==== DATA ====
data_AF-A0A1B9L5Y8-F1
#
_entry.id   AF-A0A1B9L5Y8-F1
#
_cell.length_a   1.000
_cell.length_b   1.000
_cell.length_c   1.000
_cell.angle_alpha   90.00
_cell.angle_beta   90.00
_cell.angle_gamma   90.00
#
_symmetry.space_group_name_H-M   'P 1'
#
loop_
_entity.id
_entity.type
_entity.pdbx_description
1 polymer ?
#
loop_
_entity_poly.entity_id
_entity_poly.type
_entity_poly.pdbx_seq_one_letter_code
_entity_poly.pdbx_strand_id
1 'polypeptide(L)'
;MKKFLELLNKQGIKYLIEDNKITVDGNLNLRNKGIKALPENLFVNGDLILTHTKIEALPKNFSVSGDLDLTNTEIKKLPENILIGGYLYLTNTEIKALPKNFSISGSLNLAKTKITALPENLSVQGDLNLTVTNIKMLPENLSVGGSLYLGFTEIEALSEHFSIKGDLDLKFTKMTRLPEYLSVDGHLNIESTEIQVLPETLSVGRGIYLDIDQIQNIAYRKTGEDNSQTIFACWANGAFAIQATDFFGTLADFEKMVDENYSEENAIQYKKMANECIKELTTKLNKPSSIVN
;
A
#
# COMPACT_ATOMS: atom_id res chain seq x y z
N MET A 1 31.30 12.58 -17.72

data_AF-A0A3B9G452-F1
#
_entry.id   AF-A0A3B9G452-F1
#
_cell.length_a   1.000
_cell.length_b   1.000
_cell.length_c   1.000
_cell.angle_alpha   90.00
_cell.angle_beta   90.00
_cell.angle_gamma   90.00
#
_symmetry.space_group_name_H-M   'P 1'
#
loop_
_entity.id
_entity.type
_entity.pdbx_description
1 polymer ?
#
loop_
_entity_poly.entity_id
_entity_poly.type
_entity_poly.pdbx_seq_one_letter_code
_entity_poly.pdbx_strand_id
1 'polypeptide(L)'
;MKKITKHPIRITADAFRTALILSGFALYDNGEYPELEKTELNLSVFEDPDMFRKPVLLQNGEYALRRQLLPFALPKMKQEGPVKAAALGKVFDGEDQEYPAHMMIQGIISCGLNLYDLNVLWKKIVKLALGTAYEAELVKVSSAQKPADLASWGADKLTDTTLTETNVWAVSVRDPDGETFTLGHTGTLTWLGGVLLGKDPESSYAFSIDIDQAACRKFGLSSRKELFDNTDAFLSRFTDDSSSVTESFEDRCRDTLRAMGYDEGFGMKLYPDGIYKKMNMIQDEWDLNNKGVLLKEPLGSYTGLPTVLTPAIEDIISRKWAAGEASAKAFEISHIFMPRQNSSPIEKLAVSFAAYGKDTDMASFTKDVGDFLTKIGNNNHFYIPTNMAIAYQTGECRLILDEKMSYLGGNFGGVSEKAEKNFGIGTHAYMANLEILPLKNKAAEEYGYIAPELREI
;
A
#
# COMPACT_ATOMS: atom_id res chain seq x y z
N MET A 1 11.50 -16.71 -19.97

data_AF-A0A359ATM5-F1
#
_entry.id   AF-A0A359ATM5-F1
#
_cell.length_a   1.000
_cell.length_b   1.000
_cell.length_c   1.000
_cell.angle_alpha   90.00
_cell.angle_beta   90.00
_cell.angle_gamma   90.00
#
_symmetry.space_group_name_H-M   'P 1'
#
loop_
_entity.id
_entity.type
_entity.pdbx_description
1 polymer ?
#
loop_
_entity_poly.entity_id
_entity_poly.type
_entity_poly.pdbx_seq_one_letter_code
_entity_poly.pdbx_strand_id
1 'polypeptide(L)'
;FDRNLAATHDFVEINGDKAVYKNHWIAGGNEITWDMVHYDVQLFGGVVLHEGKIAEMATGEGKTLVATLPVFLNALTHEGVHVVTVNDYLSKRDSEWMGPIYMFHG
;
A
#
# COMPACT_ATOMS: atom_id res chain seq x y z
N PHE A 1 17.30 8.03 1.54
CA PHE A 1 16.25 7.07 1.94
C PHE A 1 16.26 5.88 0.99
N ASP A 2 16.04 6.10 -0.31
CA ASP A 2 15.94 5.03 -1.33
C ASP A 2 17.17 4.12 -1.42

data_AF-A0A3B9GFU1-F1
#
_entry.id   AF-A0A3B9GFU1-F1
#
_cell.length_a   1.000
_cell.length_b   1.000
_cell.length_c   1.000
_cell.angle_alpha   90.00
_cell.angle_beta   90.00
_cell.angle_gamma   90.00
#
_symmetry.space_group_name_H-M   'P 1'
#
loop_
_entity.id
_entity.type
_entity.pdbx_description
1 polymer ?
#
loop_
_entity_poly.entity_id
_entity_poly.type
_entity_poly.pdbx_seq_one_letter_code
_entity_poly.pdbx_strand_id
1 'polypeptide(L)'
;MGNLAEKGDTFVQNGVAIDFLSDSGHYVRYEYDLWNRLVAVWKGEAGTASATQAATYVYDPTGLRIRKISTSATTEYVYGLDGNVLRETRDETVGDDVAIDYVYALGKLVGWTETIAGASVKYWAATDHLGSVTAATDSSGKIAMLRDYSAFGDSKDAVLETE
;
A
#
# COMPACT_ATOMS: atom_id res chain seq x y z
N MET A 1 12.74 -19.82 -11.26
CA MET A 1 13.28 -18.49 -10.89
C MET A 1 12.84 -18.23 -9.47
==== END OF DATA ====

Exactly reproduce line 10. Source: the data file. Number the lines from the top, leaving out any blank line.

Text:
_cell.angle_gamma   90.00